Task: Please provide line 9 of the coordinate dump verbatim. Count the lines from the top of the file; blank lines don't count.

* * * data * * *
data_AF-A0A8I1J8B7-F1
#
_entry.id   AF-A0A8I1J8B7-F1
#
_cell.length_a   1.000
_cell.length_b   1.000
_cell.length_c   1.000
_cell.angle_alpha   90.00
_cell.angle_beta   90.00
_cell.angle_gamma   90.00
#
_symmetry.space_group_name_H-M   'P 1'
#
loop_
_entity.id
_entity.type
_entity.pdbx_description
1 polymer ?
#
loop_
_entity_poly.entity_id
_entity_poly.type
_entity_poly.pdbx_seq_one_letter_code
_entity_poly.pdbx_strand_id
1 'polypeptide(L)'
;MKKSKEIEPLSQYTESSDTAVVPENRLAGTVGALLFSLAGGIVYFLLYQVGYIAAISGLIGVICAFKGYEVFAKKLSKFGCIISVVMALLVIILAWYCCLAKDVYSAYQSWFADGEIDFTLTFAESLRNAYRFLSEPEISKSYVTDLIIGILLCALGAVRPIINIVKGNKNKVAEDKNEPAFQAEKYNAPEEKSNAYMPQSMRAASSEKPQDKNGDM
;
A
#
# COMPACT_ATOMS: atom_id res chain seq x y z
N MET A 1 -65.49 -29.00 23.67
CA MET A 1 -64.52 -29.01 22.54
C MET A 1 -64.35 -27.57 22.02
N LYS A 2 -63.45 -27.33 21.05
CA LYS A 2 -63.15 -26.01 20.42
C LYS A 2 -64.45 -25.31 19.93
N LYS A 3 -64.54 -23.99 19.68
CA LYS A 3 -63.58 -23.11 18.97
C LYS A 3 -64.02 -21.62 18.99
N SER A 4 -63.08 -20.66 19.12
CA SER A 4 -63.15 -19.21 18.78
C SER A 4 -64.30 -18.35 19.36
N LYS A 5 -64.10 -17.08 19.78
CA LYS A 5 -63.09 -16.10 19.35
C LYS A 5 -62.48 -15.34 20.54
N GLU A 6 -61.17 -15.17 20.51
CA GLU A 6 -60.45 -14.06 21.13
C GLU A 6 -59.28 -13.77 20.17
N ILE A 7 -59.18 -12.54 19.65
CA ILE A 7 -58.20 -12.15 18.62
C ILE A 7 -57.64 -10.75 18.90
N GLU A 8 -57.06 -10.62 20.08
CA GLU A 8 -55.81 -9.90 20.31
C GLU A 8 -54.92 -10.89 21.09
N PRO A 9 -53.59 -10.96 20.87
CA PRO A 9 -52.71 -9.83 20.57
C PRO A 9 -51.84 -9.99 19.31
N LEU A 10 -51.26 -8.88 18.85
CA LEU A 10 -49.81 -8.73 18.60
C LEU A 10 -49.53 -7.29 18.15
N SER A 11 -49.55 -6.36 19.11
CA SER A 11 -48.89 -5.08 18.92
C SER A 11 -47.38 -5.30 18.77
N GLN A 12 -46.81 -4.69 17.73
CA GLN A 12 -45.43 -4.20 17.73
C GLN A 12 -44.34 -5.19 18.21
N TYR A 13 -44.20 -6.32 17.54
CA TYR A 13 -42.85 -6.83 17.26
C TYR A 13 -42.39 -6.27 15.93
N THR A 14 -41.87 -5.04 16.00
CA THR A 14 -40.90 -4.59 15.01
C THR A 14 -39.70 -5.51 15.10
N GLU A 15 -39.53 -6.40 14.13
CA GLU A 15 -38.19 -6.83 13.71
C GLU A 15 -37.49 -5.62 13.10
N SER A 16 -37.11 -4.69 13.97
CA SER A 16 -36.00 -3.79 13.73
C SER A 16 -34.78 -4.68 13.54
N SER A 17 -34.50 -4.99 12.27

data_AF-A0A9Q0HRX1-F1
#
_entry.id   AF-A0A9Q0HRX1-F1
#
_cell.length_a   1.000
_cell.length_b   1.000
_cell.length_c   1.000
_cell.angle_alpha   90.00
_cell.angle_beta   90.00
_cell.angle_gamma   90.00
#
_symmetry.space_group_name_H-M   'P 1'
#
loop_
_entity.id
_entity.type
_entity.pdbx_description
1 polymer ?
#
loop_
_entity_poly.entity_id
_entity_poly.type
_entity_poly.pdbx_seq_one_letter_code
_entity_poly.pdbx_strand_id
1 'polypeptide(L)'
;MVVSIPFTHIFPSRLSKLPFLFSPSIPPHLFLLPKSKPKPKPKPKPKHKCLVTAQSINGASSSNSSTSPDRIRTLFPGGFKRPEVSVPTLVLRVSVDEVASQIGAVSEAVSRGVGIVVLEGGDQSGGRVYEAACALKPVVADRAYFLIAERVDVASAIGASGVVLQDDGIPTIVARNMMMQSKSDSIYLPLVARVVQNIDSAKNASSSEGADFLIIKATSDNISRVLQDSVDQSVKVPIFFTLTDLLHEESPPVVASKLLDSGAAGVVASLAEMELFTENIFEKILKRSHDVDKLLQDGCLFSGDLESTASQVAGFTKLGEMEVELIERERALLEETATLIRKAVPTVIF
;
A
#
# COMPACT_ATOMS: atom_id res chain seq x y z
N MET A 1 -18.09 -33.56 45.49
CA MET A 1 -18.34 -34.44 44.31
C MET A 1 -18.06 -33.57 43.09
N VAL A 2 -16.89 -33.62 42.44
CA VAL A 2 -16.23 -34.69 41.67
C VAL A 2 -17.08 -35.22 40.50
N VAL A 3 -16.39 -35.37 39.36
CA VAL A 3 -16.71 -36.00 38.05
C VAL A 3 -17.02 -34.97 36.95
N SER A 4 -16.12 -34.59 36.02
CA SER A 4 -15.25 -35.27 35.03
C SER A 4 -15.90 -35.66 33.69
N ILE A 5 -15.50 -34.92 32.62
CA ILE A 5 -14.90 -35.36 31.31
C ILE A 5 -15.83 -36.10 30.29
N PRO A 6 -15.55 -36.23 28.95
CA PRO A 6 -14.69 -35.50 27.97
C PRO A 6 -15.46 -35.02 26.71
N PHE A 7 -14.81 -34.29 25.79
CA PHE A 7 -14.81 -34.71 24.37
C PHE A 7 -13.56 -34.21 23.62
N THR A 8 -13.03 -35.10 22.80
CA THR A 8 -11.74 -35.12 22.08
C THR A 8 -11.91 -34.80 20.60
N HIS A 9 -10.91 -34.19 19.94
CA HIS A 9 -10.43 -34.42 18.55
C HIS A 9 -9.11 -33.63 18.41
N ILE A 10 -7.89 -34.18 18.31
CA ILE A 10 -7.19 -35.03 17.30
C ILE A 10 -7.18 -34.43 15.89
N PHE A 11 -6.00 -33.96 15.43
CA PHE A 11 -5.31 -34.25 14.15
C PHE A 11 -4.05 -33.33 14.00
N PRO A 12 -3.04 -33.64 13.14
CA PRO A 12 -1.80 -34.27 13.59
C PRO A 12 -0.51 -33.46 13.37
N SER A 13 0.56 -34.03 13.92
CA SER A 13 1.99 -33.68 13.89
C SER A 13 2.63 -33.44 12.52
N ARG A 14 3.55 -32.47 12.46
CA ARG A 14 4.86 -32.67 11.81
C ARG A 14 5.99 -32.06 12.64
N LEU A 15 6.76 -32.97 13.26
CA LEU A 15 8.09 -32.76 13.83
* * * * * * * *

_cell.angle_beta   90.00